How The Ukraine War Is Impacting Russian Restaurants In The US

No matter where in the world there's a war being waged, the U.S. often feels it because of its diverse immigrant communities, many of which represent different sides of varying conflicts. It can be especially difficult when these groups, after many years in the country, have become intertwined to a certain extent. Such a situation certainly exists in the Russian and Ukrainian communities, as any immigrants arriving from those areas between 1922 and 1991 were actually natives of the same countrythe former Soviet Union. Whether for reasons historical or economic, many Russian businesses today offer a spectrum of Eastern European goods, including Ukrainian ones, and vice versa.

In the current emotional climate, however, businesses identified with Russia are feeling the pinch. Phoenix grocery Yasha from Russia, a store that carries Ukrainian goods, told Arizona's Family that not only is the war impacting their ability to source the imported products they carry, but they're also struggling with bad Google reviews from people upset by their name. In Milwaukee, a Ukrainian-owned business formerly known as Russian Food & Gifts recently changed its name to European Food & Gifts in a move reminiscent of the renaming of anything German during WWI.

Russian restaurants, which may also be Ukrainian-owned and offer Ukrainian cuisine on their menus, are really taking a hit. Even though many of the restaurant owners are opposed to the war and deeply distressed by the plight of the Ukrainian people, they are still feeling the brunt of the anti-all-things-Russian backlash.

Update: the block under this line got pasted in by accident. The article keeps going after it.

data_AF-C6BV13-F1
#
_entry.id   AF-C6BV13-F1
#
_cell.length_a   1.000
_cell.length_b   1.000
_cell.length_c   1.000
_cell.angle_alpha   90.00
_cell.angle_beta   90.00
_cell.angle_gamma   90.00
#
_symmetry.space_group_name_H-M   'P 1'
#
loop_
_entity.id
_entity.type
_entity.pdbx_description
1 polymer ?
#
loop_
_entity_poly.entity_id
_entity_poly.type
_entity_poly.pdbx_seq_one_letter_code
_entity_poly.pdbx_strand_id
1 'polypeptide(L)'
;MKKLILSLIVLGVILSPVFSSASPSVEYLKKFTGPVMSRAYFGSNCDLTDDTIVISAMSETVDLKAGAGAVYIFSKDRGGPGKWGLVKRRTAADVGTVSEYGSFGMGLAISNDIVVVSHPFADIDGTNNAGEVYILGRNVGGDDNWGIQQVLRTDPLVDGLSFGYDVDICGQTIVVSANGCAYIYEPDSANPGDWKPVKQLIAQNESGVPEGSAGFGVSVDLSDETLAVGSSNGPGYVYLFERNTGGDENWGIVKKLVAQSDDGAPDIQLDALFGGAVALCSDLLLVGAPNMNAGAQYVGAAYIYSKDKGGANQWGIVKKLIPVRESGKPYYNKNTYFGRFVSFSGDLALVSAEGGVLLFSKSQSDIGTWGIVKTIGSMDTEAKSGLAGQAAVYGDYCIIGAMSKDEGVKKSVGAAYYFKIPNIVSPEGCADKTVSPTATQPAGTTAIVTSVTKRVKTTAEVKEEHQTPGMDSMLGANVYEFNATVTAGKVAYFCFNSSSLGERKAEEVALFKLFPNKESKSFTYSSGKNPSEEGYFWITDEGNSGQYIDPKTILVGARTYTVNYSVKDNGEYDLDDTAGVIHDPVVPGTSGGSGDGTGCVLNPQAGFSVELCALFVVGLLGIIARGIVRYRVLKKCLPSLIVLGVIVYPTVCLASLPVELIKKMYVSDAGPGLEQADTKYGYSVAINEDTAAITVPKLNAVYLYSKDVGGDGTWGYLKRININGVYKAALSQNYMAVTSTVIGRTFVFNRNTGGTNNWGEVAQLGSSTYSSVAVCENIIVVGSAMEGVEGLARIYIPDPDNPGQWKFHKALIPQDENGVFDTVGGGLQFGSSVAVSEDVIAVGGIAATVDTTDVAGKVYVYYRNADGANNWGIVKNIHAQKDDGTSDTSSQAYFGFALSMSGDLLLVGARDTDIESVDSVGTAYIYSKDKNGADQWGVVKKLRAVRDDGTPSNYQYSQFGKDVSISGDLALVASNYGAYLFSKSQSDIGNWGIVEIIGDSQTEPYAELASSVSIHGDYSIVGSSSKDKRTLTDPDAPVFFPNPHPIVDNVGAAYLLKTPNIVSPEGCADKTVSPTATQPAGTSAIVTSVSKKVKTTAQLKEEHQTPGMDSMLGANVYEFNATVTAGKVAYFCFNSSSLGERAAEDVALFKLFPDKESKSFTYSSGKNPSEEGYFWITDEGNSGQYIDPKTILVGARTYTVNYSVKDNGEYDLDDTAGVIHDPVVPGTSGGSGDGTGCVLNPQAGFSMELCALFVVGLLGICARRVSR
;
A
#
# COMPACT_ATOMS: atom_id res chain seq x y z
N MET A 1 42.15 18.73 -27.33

Russian and Ukrainian restaurants are both targets

Ukrainian restaurateur Alan Aguichev told NBC New York that he originally marketed his West Village restaurant Sveta as Russian since, prior to a few weeks ago, he felt that this would reach a larger target audience. Despite the fact that he's got an all-Ukrainian staff, he said that they had been subjected to all kinds of anti-Russian hate. According to Sveta's Facebook page, the restaurant now says it serves "Eastern European cuisine" and has prominently posted images of the Ukrainian flag. Despite taking steps such as changing their menus, The New York Times says that online trolling may be the least of the problems that Sveta and other Russian-identified establishments may face. Reservations are being canceled left and right, and some places, including Midtown piano bar Russian Samovar, have even reported acts of vandalism.

Russian-restaurant hate isn't confined to New York alone, however. Chicago's Russian Tea Time restaurant has also been on the receiving end of ugly social media messages and phone calls, with former customers refusing to patronize the business because they erroneously think it has ties to its namesake country. Ukrainian-born owner Vadim Muchnik told NBC Chicago, "They're kinda misdirecting their frustrations at the businesses that have no direct connections to the Putin regime or to the politics." A message of support for Ukraine was also posted on the restaurant's website.